The Whole Foods Market Model
The Whole Foods Market Model
Whole Foods Market uses their business as an example of how a conscious business should operate and approach its stakeholders. They challenge conventional wisdom of profit making models with a more altruistic approach. Creating a virtuous cycle improves quality and standard by appealing to stakeholders’ common goals and generating mutual interest through exchange. This blog is meant to expose the different Whole Foods Market Stakeholders and how they are perceived in the company’s business model.
“Long-term profits are the result of having a deeper business purpose, great products, customer satisfaction, employee happiness, excellent suppliers, community and environmental responsibility – these are the keys to maximizing long-term profits. The paradox of profits is that, like happiness, they are best achieved by not aiming directly for them.” John Mackey
Whole Foods Stakeholders:
1) The customer: The customer is the most important constituency: commitment to service, empathy, and understanding of customers’ well being as the business that treats customers as ends instead of means.
2) Team Members: team members are primarily responsible for creating happy customers. When team members are frustrated, dissatisfied, and unhappy in their work, they are unlikely to provide high-level customer service that the business requires to flourish.
- Trust team members through open information: Whole Foods provides open financial information—on all levels since they strive to be as transparent an organization as possible – without making themselves overly vulnerable to their competitors.
- Sharing of salary information: When unjust employment compensation exists, the situation will be noticed and a feedback mechanism will develop to correct it. Conversely, by having such transparency, people can see what skills and qualities are most highly valued and rewarded in the organization so that they can know what to strive for within their own career objectives.
- Benefits vote: Every three years the team members prioritize and vote on the benefits that they most prefer. This process results in benefits that reflect the needs and desires of the majority of the team members in the company.
- Promoting gain sharing: By creating incentive based compensation for every team member working at a company, a team member basically receives his/her just rewards for efforts expended. Full participation in teamwork is critical to success.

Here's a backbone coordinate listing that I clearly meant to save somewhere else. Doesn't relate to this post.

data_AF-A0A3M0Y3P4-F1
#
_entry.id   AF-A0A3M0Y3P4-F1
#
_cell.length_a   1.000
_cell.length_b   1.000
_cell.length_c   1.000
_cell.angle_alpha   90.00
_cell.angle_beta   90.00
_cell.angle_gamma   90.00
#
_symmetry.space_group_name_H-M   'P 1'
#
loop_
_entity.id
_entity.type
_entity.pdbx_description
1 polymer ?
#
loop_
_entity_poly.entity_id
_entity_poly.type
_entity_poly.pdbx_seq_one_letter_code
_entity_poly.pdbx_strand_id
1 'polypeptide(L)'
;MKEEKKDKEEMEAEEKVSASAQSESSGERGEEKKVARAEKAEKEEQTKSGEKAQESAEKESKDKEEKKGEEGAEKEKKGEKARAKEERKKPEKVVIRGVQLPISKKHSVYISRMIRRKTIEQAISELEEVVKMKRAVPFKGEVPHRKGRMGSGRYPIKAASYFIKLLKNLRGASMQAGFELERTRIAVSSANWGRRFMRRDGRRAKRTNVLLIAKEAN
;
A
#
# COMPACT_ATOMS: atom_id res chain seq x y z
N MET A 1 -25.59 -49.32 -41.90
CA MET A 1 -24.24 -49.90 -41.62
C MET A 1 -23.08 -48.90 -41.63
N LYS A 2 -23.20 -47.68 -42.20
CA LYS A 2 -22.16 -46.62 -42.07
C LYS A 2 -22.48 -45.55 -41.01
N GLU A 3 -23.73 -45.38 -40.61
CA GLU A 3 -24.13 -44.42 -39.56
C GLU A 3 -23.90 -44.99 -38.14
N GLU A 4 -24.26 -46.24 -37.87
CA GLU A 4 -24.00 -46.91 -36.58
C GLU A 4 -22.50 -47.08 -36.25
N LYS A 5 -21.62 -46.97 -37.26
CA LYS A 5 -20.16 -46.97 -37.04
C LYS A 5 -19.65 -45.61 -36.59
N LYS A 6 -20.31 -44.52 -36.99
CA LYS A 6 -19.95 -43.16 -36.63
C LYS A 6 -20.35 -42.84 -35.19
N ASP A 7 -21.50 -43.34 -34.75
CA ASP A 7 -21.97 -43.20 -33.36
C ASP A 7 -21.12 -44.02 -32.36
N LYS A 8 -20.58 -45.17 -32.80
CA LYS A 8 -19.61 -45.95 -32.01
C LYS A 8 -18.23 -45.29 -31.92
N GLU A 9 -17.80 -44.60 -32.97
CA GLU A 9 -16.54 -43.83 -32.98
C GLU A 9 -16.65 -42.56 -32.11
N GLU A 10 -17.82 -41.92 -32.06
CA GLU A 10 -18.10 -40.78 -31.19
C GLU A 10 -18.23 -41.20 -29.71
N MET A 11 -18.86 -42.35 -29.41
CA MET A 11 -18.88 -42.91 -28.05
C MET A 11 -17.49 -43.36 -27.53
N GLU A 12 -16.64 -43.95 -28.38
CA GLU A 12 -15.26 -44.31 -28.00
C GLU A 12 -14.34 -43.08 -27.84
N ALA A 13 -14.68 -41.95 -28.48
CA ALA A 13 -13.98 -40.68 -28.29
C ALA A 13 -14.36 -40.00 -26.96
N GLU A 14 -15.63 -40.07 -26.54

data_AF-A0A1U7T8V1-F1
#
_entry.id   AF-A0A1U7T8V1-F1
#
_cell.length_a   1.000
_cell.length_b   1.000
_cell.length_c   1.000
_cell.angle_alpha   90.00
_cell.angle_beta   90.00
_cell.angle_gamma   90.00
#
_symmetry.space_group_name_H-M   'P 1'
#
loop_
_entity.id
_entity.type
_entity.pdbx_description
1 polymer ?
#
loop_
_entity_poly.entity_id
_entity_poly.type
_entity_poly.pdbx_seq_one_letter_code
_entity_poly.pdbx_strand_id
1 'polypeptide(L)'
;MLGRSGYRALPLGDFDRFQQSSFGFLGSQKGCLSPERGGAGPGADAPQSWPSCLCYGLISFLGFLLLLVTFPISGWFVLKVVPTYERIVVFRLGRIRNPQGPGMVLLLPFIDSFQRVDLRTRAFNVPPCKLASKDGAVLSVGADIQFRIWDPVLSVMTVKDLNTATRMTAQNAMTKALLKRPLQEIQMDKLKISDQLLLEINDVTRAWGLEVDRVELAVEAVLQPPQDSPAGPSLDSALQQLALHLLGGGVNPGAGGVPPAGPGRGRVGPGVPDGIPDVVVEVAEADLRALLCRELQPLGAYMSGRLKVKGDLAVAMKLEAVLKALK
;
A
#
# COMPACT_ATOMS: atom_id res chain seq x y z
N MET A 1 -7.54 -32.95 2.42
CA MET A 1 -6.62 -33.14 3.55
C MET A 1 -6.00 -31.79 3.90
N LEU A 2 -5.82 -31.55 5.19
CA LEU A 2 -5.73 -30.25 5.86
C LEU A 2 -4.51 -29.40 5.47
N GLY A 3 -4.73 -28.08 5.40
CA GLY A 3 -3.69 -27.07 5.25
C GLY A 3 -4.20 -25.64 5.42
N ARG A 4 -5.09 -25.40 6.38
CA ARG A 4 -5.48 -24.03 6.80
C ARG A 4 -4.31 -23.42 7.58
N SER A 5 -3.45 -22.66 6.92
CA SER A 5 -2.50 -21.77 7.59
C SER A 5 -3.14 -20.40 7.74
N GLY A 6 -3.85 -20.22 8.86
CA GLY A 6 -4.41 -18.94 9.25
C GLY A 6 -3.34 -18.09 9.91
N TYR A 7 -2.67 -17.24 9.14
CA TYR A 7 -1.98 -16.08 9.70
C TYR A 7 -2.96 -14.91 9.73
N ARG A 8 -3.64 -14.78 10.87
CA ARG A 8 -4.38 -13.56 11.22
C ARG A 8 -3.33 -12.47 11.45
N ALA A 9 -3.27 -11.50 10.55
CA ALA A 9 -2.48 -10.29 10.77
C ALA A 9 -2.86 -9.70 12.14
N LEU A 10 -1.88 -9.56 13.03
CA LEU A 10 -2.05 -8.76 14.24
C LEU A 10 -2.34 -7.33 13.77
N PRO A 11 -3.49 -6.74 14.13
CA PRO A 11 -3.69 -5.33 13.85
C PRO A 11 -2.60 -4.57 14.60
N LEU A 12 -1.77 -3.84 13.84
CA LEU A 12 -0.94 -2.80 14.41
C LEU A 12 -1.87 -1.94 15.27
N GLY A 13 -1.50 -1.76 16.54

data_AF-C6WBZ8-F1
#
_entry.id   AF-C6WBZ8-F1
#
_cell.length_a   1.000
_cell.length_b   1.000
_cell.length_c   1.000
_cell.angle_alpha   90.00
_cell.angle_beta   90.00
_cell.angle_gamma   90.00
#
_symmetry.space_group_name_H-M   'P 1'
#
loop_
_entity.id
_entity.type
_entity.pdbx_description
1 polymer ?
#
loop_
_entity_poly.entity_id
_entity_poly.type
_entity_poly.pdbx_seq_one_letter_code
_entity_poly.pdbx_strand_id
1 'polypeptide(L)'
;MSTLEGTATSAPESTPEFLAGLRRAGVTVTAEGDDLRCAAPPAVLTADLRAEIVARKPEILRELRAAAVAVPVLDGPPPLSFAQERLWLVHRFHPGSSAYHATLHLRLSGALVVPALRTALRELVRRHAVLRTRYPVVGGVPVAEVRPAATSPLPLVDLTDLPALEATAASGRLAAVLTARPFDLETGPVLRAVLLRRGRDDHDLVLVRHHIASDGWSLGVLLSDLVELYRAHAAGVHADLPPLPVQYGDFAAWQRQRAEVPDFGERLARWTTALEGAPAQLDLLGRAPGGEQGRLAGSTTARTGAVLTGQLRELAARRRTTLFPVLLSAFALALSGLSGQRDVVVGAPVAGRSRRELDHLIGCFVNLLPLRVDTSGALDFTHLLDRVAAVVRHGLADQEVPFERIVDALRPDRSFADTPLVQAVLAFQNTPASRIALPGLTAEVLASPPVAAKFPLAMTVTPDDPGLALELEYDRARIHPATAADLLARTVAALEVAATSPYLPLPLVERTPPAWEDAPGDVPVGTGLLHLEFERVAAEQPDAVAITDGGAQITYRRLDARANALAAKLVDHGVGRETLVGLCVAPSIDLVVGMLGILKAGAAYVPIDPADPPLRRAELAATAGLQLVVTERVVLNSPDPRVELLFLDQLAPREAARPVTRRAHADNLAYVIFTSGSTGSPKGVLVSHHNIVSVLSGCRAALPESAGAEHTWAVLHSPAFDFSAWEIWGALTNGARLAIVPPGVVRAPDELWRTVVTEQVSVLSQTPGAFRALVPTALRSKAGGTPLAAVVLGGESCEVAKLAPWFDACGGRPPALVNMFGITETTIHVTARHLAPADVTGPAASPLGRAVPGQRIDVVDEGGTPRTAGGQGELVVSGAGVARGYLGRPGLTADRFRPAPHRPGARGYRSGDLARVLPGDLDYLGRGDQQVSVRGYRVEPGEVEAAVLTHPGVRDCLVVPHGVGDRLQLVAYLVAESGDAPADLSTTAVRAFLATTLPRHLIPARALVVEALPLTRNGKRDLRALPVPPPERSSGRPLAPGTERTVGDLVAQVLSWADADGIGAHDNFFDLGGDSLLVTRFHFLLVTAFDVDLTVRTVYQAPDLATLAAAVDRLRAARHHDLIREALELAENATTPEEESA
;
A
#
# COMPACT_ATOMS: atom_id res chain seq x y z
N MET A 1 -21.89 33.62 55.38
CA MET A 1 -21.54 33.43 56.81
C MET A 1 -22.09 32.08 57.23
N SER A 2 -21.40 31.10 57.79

- Fully paid health insurance: Providing health insurance for all of the full-time (30 hours per week) team members or close to 90 percent of all the people that work for Whole Foods. The remaining 10 percent part-time (less than 30 hours per week) team members are encouraged to buy the discounted health insurance if they wish. Whole Foods also offers personal wellness accounts that allow team members additional options for their health spending and health saving accounts.
- Grant stock options: They also grant stock options to all team members who have three years of service with the company, with an unprecedented 93 percent of their stock options going to non-executives.
3) Investors: Whole Foods considers itself a steward of the investors’ money and because of this, frugality is important. Profits are created through voluntary exchange for mutual benefit, not through exploitation of people. Profits create wealth, prosperity, and additional capital.
4) Suppliers: Honesty, fair-trading, and an attitude of helping suppliers to learn, grow, and continuously improve are valuable attributes to have in relating to the vendor stakeholder group. As suppliers improve the quality and efficiency of their goods and services, this will also improve what the business can offer to its own customers.
5) Community: Business enjoys the same legal status as a person. As citizens, businesses have responsibilities to their communities just like every other citizen. Whole Foods donates five percent of our after tax profits to non-profit organizations, with nearly 75 percent given away on a local basis.
6) Environment: “The voiceless stakeholder”. By helping to develop markets, customers, distribution networks, and even the national standards for labeling of organic foods, Whole Foods Market has also promoted the environmental benefits that accompany the increasing number of organic farms, dairies, ranches and sustainable agricultural practices.
“Having a deeper, more transcendent purpose is highly energizing for all of the various interdependent stakeholders, including the customers, employees, investors, suppliers, and the larger communities in which the business participates.” John Mackey
By: Vanessa Zabala